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ASEAN GDP needs to Reflect Biodiversity Value (TEEB)

Thursday, April 5th, 2012

The first Southeast Asia Regional Policy Dialogue on the Economics of Ecosystems and Biodiversity proved to be the right platform provided by the Asean Centre for Biodiversity (ACB) and the British Foreign and Commonwealth Office for the members of the Ecosystem Services Economics (ESE) to introduce to Asian Governments two key concepts that are critical to their economies when calculating their GDP.

The open-house between government representatives of Indonesia, Singapore, Brunei, Malaysia, the Philippines and ESE members was held in January 2012 at Makati, the Philippines. The dialogue was held to introduce to regional policy-makers the necessity for inclusive GDP (Gross Domestic Product) evaluation by including the ecosystem services, or ESS, since “only 7.3 percent” of the conventional GDP was added, while in reality it was 57 percent of “GDP of the poor.”

Chief of the ESE, Pushpam Kumar, and ACB Executive Director Rodgrigo Fuentes. speaking at various points of the dialogue, emphasized that “TEEB [The Economics of Ecosystems and Biodiversity] and PES [Payments for Ecosystem Services]” are two high-impact tools which will give Asian economies the capability “to assess the economic impacts associated with losing natural capital.”

Elaborating further on the topic, Kumar said that, “The productive base of the economy continues to be eroded without being reported and accounted. Indicators like GDP are distorted and do not reflect the changes in the level of welfare; growth accounting does not incorporate ESS, leading to erroneous sense of gain and/or losses; and, drivers like trade and investment impacting the ecosystems have far reaching impact for society.”

Giving a brief background on the necessity for these two assessment tools, Kumar said that nearly across the participating countries, nearly 540 million people were involved in farming, informal forestry, animal husbandry and fisheries; the growth in GDP impacts the ecosystem and there is degradation in the resources that are available for these traditional livelihoods. Making an emphatic statement, Kumar said that, “The replacement of that ESS is beyond the capacity of the poor: they would need to spend twice their incomes.”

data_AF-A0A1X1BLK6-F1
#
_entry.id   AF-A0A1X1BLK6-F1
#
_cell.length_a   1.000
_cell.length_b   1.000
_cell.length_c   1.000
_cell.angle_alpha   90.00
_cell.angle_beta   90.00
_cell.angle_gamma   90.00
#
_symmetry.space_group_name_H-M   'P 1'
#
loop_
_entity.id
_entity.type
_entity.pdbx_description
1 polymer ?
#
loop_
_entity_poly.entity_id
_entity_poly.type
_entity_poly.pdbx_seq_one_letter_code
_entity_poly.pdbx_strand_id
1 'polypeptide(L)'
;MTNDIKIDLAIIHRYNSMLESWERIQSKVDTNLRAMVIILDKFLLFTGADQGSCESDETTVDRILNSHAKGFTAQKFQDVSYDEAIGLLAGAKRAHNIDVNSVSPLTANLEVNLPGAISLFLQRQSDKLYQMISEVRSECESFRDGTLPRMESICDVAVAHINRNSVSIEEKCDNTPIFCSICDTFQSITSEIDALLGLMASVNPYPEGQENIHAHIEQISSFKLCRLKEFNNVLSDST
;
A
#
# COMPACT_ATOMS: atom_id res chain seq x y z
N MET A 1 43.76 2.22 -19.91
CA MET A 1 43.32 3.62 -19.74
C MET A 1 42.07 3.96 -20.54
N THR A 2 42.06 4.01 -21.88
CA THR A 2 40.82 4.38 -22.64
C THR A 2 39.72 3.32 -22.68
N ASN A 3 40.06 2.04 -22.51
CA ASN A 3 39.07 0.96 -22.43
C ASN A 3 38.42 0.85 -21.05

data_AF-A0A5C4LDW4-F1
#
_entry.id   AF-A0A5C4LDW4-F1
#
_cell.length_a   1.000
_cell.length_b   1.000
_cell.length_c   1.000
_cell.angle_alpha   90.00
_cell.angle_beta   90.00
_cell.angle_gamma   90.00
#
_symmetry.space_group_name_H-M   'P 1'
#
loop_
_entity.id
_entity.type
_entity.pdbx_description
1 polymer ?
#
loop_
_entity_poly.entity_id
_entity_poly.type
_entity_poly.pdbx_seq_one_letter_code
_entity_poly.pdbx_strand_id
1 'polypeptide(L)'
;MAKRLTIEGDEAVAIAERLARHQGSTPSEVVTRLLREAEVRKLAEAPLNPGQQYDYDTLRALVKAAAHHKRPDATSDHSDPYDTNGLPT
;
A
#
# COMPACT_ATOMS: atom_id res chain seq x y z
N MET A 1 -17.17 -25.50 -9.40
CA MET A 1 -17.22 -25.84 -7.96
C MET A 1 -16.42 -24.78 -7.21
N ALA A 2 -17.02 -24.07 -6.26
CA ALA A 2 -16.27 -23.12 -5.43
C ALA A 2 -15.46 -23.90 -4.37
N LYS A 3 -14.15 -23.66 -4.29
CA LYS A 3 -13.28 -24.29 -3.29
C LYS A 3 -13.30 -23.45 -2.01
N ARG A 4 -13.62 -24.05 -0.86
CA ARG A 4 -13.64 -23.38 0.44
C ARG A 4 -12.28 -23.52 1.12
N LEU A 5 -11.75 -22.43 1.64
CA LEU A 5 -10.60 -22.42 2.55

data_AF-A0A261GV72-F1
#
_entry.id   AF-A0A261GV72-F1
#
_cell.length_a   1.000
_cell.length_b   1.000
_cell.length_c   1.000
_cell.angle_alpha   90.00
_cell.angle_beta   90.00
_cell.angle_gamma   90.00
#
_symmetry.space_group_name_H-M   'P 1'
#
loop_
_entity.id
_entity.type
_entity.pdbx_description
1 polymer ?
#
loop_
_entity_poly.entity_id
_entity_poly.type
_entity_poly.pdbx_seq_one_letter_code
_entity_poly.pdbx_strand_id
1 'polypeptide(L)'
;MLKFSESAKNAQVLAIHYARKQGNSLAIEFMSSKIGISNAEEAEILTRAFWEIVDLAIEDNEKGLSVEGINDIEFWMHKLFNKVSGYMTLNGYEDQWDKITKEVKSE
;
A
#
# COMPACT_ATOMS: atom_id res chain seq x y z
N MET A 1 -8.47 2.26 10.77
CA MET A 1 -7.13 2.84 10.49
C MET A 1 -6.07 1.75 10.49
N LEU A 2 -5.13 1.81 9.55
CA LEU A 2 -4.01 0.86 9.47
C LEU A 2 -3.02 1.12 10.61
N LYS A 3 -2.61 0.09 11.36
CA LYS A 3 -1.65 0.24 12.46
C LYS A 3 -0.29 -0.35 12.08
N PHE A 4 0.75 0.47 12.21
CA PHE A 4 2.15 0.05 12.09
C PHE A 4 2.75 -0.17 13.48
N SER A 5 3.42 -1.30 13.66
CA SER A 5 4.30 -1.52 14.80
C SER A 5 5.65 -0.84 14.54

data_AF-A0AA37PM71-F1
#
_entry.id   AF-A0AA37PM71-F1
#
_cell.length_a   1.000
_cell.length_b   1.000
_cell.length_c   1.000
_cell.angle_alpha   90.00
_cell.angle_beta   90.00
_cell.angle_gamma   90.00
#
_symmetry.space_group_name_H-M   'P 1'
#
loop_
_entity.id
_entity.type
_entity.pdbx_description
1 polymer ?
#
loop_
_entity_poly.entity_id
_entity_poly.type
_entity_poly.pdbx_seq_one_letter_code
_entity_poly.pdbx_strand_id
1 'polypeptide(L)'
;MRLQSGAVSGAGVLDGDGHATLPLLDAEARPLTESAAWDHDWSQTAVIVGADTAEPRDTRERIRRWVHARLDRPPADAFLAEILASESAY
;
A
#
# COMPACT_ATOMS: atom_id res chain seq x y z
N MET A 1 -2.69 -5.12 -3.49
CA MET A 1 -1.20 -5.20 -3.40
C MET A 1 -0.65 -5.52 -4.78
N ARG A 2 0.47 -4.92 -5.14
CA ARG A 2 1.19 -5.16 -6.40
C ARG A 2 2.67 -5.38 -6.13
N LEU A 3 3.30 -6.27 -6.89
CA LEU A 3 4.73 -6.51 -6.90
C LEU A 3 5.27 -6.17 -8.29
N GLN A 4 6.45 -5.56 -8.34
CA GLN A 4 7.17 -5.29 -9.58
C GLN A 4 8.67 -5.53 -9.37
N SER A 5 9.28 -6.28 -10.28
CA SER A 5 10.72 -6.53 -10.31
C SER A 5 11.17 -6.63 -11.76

Taking the dialogue further, Fuentes added that, “We are also reviewing climate change and biodiversity action plans, and identifying approaches to integrate TEEB [The Economics of Ecosystems and Biodiversity] and PES [payments for ecosystem services] into such plans.”

Explaining the importance of TEEB further, Fuentes continued that, ”The TEEB outlines the cost of policy inaction and finds that under a ‘business as usual’ scenario, an average year’s natural capital loss would lead to a loss of ecosystem services worth around US$2 trillion to $4.5 trillion over a 50-year period.”

The problem with present day GDP accounting fails to account for the loss of values of some aspects of the economy. Stressing the need for immediate informative decision-making as vital to governments to arrive at actual GDP in the face of ecosystem loss, Fuentes rued that it would lead to “wrong choices and decisions in addressing sustainable development challenges.” Repeatedly stressing the need to incorporate the ecosystem, Fuentes reiterated the need for participants to involve respective governments to adopt the TEEB and TEP.

Leaving the dialogue on a positive note, Fuentes said that local governments have to make the move towards this policy, “At the end of the day, it would have to be the governments who decide if they seriously want to pursue a brighter future for all Asians. For the Philippines, it’s high time, since we’ve been given several wake-up calls, the latest of which was the tragedy in Cagayan de Oro [and Iligan City].”

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